Posted on April 7th, 2013
Considering how much intervention is required to germinate seeds at home, it’s a wonder that the earth manages every spring. One would think, looking out over the yard at high summer, that the work required to create life would entail some good soil, and a nice window, and that’s about it. But one would be quite wrong.
Seeding takes place eight weeks before the last killing frost, — as though I have the ability to predict the weather. This rule of thumb also requires me to do math, which I resent. For most of us, start in early March. Simple as that.
So, in March, it’s time to assemble your equipment. And oh! So much equipment! There’s the heating mat, the adjustable light, and the tray, not to mention the pots, the soil and the seeds. Thankfully, there are several resources online to show you how to make your own pots, which helps with the expense.
Consider it; quite honestly, garden flowers are expensive. They really are. A bed of annuals will set back a frugal person around a hundred dollars, and if you’re like me, more. Much more. So, despite the cost and inconvenience, this should actually be cost-effective. The only recurring expense are the seeds, soil and pots. Making your own pots reduces it even more (plus you get points for recycling).
You can go crazy, and fill your house with sprouting seedlings as some lovely people do, but I decided to go small, and bought a 2 foot Hydrofarm JSV2 Jump Start T5 Grow Light System. Then, I ordered a heating mat from the same folks. It is the warmth, apparently, that really gets the seedlings going. I’m told the soil should be 10 degrees warmer than room temperature, somewhere around 80 degrees. Some people put their seedlings on their refrigerator or a laptop, any appliance that generates a significant amount of heat. If you’re not too fussy about the looks of things, consider using an outdated PC desktop computer — those things are like radiators — if you have one around.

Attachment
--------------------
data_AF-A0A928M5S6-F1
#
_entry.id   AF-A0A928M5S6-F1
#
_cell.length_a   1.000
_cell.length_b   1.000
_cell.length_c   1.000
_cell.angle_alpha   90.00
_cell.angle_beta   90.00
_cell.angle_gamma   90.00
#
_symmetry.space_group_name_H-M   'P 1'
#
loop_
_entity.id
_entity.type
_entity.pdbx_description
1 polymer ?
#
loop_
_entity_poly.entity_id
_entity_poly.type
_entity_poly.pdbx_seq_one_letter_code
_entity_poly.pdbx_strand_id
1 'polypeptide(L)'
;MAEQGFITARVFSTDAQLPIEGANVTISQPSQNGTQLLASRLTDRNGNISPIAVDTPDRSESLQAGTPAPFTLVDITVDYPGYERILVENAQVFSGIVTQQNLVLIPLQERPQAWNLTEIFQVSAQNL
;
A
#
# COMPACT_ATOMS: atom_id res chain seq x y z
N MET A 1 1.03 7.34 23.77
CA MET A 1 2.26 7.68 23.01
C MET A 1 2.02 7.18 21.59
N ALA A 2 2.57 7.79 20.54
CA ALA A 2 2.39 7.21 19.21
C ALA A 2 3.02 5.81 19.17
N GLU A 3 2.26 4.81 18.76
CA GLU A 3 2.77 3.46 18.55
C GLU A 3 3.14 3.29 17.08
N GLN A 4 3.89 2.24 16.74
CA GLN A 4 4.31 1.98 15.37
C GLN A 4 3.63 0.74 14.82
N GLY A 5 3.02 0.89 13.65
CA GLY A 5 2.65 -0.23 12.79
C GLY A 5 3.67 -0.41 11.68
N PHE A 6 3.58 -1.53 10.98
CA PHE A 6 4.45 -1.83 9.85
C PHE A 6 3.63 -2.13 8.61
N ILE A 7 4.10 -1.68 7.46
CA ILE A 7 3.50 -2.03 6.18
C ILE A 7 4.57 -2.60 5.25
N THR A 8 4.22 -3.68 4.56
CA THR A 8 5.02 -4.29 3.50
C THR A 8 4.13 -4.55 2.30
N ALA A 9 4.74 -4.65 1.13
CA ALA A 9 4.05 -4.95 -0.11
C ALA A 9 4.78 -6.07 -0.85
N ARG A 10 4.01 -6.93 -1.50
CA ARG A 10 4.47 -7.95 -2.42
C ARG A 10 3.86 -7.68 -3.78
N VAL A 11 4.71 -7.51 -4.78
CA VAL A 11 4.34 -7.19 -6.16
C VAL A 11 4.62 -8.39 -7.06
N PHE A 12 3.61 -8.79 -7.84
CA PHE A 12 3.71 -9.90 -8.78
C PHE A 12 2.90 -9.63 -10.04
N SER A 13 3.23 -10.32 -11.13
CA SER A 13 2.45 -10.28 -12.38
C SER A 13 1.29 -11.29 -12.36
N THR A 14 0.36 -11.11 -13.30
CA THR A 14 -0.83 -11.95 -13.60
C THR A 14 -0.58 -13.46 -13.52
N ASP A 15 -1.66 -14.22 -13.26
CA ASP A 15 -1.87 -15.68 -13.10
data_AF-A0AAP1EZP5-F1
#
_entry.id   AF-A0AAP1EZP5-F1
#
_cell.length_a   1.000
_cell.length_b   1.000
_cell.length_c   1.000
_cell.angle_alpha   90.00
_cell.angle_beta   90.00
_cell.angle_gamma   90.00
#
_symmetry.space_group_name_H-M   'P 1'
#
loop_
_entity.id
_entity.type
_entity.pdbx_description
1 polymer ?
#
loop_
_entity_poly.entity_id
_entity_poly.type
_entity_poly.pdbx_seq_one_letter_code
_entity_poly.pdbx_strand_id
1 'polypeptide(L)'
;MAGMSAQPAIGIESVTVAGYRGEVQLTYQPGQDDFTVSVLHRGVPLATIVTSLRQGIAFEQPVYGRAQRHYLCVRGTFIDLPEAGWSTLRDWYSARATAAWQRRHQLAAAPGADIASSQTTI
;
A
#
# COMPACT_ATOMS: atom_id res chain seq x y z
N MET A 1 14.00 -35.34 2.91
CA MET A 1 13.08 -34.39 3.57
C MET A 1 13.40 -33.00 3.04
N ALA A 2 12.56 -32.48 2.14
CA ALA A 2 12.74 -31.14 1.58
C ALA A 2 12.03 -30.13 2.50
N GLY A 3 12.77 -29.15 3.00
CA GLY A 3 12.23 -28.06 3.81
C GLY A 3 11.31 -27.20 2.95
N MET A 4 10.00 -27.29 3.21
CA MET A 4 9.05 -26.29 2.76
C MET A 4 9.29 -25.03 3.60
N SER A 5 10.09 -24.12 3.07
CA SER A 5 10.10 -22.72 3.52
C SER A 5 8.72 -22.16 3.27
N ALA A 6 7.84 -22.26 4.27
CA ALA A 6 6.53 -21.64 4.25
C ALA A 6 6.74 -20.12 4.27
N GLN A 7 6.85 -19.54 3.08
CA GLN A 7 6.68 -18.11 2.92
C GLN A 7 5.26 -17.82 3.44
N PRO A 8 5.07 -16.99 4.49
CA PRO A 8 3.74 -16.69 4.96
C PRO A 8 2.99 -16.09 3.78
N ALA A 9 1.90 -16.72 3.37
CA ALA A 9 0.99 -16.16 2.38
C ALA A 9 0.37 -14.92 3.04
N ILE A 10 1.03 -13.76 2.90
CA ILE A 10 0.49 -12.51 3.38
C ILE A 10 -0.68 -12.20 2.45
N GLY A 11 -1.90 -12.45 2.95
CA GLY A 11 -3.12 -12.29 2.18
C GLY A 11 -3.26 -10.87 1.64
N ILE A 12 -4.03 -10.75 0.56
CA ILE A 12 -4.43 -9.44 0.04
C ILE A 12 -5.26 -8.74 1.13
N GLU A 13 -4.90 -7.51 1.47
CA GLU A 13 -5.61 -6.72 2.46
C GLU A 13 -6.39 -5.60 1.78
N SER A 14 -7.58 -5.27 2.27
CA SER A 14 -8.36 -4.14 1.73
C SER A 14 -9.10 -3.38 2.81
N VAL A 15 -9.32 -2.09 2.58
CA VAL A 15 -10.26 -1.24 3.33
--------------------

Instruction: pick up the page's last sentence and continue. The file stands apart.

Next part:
So, I’ve got my equipment and I’m feeling pretty good about it. Looking forward to a world of little sprouts; time to decide on seeds.
You’d think this would be the most exciting part. I have been known to spend days reading seed catalogues, garden diaries, and browsing online. And it is fun – they’ll tell you the height of the plant, how much sun it needs, and so on. But they don’t tell you, like they’ll say “blooms in pink, yellow or blue” which is… disconcerting. You mean you don’t know what color this one is? Is there a good chance I’ll have one yellow seed and one blue seed? Do yellow flowers drop seeds for blue flowers? What the hell is going on here?
So there’s a certain amount of anxiety. If I get 30 seeds then hopefully I’ll get 10 of those grown enough to transplant, of which a certain percentage will be a hideous pink. Sigh.
That aside, it feels sometimes like the seed business is a whole world I have no comprehension of. The history of the industry is about as long as you can imagine, though — being a floral gardener rather than vegetables — I’m most attracted to the turn of the 20th century, with its charming illustrations and aspirational tone. But a lot of the modern designs are fun and engaging as well.
This is the most attractive product in existence, really. Flowers and vegetables aren’t tough to sell. And, as a result, I wish more time was spent on information design. Seeds are complicated. The whole thing is actually quite ridiculously complicated. In addition to the height and sunlight needs of the adult plant, I need to know whether the seed should be on the surface or under soil, how long it will take before it’s ready to harden, how much hardening is required before transplant, its natural predators (and whether there are homeopathic remedies), and if you want to score huge points, what other flowers are compatible. “People who grew this flower also grew.”
You’d think that would already exist. But no, or at least not in a format I’m willing to invest in. Oh my god, gardening sites and resources are maybe the ugliest of ugly circa 1998 websites imaginable. They can barely build a site, let alone data architectures. And it makes sense; I mean, this isn’t a high margin industry, so I get it. But it does make things difficult, when you’re trying to decide, from thousands of options (many of which are a hideous pink), which seeds to buy.
Stay tuned for part 2: the sowing.